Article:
In what ways does your media product use, develop or challenge forms and conventions of real products?
I think my media product develops the typical conventions of a real rom-com as we had the same basic set up which meant it was how you would expect a rom-com to be. We had the love triangle with the stereotypical characters. These were based on the American 'jock' and 'cheerleader' type. However, as our film is set in England we just translated these characters to make the 'jock' character seem a complete idiot- and wrong for the girl. We changed the 'cheerleader' to a blonde girl who wore nice clothes and was very attractive, she never did anything wrong but came across as the 'popular' girl.
I do however think that our rom-com challenges the typical rom-com as it is set in only a few locations, and with not the best of actors. This is because we were low budget, and on a tight time schedule, which meant we could only use what we already had. If our rom-com was a real film, it would be set in a city with multiple locations that were so familiar that anyone could recognise. This would help it appeal to a wider range of people.
I think that because we did so much research into our genre before making our film (read books, looked up genre on internet, watched numerous rom-com films, analysed the beginning of many films), we understood a lot of the codes and conventions, the difficult part however was to put these into our film. I think our hard work payed off as it is easy when watching the film now, to see that it is a rom-com.
How does your media product represent particular social groups?
I think my media product represents 3 main social groups, which are often seen within high schools. I think anyone would be able to recognise these groups- the 'popular' and the 'geeks' and the 'jocks'. This is stereotypically mainly found in American schools more than anything, but I think that even in England there is still an element of difference.
This is quite likely to happen in the media industry these days. The industry is getting increasingly tough for low-budget films with un-heard of producers, who cannot gain the funding to distribute their films. I think that myself and Lucy would send our film to as many film festivals to try and get our film recognised by anyone who would want to watch it. This would hopefully mean that the word would spread around about our film ad people would but it even from DVD.
Who would be the audience for your media product?
I think that younger people would possibly watch our film, but I wouldn't think they would be much younger than 15. People older could also watch the film, however I think our target audience would understand and enjoy it a lot more.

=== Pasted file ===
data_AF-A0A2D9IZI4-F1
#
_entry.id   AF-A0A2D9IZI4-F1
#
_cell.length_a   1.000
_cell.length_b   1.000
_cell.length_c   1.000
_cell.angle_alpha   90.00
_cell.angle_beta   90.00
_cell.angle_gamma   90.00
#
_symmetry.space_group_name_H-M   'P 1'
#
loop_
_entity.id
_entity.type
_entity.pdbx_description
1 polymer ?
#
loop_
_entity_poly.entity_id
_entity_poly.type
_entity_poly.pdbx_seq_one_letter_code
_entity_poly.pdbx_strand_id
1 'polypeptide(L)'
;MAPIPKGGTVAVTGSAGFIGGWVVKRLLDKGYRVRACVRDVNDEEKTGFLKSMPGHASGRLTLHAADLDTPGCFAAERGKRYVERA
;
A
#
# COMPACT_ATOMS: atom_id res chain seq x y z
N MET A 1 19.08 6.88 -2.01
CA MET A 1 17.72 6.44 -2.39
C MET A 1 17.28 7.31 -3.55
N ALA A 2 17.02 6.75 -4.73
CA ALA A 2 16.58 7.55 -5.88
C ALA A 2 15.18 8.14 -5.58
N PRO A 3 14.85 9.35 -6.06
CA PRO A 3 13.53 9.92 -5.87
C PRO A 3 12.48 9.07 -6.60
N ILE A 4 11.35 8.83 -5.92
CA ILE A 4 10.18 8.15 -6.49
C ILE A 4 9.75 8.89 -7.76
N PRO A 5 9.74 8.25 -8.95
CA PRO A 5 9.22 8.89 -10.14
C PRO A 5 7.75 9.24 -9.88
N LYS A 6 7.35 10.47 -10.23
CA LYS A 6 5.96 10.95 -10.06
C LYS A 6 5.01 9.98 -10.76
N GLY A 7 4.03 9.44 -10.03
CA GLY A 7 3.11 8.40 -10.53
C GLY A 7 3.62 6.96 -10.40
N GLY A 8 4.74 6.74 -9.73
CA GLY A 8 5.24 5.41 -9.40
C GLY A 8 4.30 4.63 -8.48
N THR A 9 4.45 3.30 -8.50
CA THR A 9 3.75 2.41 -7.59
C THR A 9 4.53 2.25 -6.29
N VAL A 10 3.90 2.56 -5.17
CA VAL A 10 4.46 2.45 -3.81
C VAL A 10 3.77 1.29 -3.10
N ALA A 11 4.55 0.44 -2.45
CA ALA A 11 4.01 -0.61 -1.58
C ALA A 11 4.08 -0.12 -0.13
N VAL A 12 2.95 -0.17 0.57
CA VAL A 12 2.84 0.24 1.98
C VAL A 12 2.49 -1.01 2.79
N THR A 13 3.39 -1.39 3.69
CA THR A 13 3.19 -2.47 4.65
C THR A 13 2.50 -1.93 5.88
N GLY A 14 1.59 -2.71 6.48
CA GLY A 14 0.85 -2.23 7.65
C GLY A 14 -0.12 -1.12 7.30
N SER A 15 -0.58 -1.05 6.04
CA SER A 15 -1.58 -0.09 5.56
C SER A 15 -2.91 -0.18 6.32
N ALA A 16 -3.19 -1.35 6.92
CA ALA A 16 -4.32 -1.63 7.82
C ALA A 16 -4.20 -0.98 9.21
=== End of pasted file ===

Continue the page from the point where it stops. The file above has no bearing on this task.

The rating of our film is a 15. This is because there is a swearing and a lot of pushing about. I think this also helps the audience be attracted to it because it is not seen as a 'kids' film but at the same time nothing too drastic. I think it is almost in between kids and adults, which is the same as 15-24 years olds are.
How did you attract/address your audience?
We attracted our audience by having our films set in a very familiar location- school. We made it humorous, but with a storyline that they would be able to understand and relate to. We used actors that looked like students, and the typical social groups seen within schools. We exaggerated certain aspects, such as the geek with his denim jacket and jeans and glasses, and when he was getting pushed into lockers.
We addressed our audience by getting feedback from 16-17-18 year olds. This is in the middle of our age range. We asked them questions such as; "did you catch the storyline?", "could you understand what was going on", "could you relate to it", "did you find it funny?", and the obvious "how could we make it better". From the feedback we found out a lot about what people of this age want from a film. We took their ideas into consideration and added and changed a lot.
What have you learnt about technologies from the process of constructing this product?
The cameras that we used were also quite complicated in the first place, but I suppose everything is at first! Once we learnt how to work them they were easy. We never really had to alter the focus or lighting, so most of the time it was kept on auto.
Looking back at your preliminary task, what do you feel you have learnt in the progression from it to the full product?
From the prelim task, we have learnt so much! We have learnt that you need to be aware of surroundings- and that they need to be quiet for you to be able to hear what people are saying. If you look at our prelim task we did it in a crowded common room, in which we through things would work out fine!
We have learnt much more about editing. We weren't really too sure on what you could do with Imovie before, however we are much more confident about using it and actually know what we are doing.
I think we are also aware that you need to be really sure about what you are going to film- which shots, where and when. You also need to take numerous shots while you’re there, even if it doesn't seem like you need it. This is so that you can fit much more in and if one thing doesn't work you've got the coverage to be able to swap it without reshooting. We also found that leaving the camera rolling a bit before and bits afterwards works well, as you get the full shot and aren’t cutting it a bit tight.
Getting feedback as much as possible from people within the target audience age is the key- you easily find out what they want and you can see their genuine reactions.
I've also learnt a lot about the genre, and a lot about producing. I think it’s really important that you cast the right people as well, to make sure it all looks good.